Students have started to tell me that they do not want or need to think about science. Those concerned were
undergraduate and graduate students pursuing degrees in various biomedical sciences. The thinking expected
was entirely normal for science, involving the synthesis of information, problem analysis, calculation, the
solution and analysis of practical problems and question development, for example. I have not solicited
expressions of reluctance, but I have attempted to elicit more information from those students volunteering
While this explicit reluctance to think is new to me, there are reports of similar observations [1-3]. Of course,
we are all reluctant to think sometimes, but the new willingness of students to express it implies a more
profound problem. If education is intended in part to train students how to learn and think for themselves ,
the reluctance of students to practise this compromises the value of education. For those students intending to
practise medicine, work as scientists, formulate health policy, teach or engage in any of the many other
occupations that might suit biomedical scientists, an ability to think effectively and efficiently is essential .
Students must be helped to prevent a reluctance to think becoming a habit.
Effective thinking relies on both the ability and the willingness to think . Moreover, the ability to think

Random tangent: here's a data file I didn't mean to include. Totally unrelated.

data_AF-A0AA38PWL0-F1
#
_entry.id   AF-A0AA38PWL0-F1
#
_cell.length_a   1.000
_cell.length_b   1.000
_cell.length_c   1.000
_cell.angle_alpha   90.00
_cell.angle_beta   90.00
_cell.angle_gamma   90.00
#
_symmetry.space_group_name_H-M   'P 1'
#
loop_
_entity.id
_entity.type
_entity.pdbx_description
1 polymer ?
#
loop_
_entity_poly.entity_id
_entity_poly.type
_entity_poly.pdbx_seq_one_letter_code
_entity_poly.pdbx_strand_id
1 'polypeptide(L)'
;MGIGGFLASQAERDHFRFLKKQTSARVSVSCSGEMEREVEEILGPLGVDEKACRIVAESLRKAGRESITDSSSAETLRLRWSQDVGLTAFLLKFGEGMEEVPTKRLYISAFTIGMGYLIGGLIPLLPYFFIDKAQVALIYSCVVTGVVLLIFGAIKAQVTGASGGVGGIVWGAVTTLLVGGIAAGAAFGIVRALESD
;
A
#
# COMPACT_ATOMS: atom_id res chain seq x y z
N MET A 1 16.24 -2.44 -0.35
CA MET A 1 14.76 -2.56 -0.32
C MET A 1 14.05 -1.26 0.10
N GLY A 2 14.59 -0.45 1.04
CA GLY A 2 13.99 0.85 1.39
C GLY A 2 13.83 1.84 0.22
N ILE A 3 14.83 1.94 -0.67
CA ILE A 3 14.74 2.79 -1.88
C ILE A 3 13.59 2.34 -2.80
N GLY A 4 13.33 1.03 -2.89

necessarily implies a recognition of the possibility of error , which is relatively uncommon among students.
There is a considerable difference between the thought patterns of practising scientists and clinicians and those
of students. It takes time for thought and practice to develop the questioning, analysis, pattern matching,
deduction and educated guesswork that contribute to thinking [7-9]. This is reinforced by a Xhosa speaking
South African student of speech and hearing therapy who wrote "... I fail because I have to learn more than the
words of your teaching - I have to give back to you the way you think. This is what you are really testing, this
is how you assess my 'intelligence'. You test to see whether I have learnt to think like you yet" . Even if
students are willing to think, they may not be as capable as we might hope because they may not have had
enough time to develop the necessary thinking skills.
The reluctance of students to think prompts at least four questions. These relate to the significance of the
reluctance, the reasons for refusing, the consequences of refusing and how we might encourage students to be
more willing to think better. I consider each of these in turn.